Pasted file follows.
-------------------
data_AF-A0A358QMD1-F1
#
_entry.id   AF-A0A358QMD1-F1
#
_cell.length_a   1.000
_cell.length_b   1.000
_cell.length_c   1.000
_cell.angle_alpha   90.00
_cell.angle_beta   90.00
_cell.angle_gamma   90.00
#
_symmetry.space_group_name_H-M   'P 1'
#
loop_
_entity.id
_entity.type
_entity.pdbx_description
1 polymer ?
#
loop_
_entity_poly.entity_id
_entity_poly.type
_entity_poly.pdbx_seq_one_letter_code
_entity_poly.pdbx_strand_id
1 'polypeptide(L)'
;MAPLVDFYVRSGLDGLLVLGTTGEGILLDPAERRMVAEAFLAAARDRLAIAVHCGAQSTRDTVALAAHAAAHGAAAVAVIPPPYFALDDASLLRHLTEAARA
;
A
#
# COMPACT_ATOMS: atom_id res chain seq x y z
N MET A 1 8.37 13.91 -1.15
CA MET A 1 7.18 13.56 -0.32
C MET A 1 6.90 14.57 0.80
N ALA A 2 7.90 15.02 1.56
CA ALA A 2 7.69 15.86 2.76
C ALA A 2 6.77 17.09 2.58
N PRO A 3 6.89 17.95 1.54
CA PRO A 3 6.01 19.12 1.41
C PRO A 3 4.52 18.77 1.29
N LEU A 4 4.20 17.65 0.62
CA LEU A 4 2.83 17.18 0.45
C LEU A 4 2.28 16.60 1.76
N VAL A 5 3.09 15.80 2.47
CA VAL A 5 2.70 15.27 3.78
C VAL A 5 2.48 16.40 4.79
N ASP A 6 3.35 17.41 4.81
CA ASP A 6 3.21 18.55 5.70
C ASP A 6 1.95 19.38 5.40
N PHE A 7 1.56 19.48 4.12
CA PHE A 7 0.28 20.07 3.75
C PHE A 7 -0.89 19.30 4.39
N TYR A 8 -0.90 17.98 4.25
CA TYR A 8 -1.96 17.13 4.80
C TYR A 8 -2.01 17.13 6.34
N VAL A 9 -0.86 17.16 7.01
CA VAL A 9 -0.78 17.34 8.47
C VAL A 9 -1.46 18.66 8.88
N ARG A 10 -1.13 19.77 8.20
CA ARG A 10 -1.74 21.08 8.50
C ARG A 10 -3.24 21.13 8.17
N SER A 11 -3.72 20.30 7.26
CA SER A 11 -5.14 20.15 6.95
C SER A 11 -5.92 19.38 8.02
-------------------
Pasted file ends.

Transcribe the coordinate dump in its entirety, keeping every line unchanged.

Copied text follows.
data_AF-A0A358QMD1-F1
#
_entry.id   AF-A0A358QMD1-F1
#
_cell.length_a   1.000
_cell.length_b   1.000
_cell.length_c   1.000
_cell.angle_alpha   90.00
_cell.angle_beta   90.00
_cell.angle_gamma   90.00
#
_symmetry.space_group_name_H-M   'P 1'
#
loop_
_entity.id
_entity.type
_entity.pdbx_description
1 polymer ?
#
loop_
_entity_poly.entity_id
_entity_poly.type
_entity_poly.pdbx_seq_one_letter_code
_entity_poly.pdbx_strand_id
1 'polypeptide(L)'
;MAPLVDFYVRSGLDGLLVLGTTGEGILLDPAERRMVAEAFLAAARDRLAIAVHCGAQSTRDTVALAAHAAAHGAAAVAVIPPPYFALDDASLLRHLTEAARA
;
A
#
# COMPACT_ATOMS: atom_id res chain seq x y z
N MET A 1 8.37 13.91 -1.15
CA MET A 1 7.18 13.56 -0.32
C MET A 1 6.90 14.57 0.80
N ALA A 2 7.90 15.02 1.56
CA ALA A 2 7.69 15.86 2.76
C ALA A 2 6.77 17.09 2.58
N PRO A 3 6.89 17.95 1.54
CA PRO A 3 6.01 19.12 1.41
C PRO A 3 4.52 18.77 1.29
N LEU A 4 4.20 17.65 0.62
CA LEU A 4 2.83 17.18 0.45
C LEU A 4 2.28 16.60 1.76
N VAL A 5 3.09 15.80 2.47
CA VAL A 5 2.70 15.27 3.78
C VAL A 5 2.48 16.40 4.79
N ASP A 6 3.35 17.41 4.81
CA ASP A 6 3.21 18.55 5.70
C ASP A 6 1.95 19.38 5.40
N PHE A 7 1.56 19.48 4.12
CA PHE A 7 0.28 20.07 3.75
C PHE A 7 -0.89 19.30 4.39
N TYR A 8 -0.90 17.98 4.25
CA TYR A 8 -1.96 17.13 4.80
C TYR A 8 -2.01 17.13 6.34
N VAL A 9 -0.86 17.16 7.01
CA VAL A 9 -0.78 17.34 8.47
C VAL A 9 -1.46 18.66 8.88
N ARG A 10 -1.13 19.77 8.20
CA ARG A 10 -1.74 21.08 8.50
C ARG A 10 -3.24 21.13 8.17
N SER A 11 -3.72 20.30 7.26
CA SER A 11 -5.14 20.15 6.95
C SER A 11 -5.92 19.38 8.02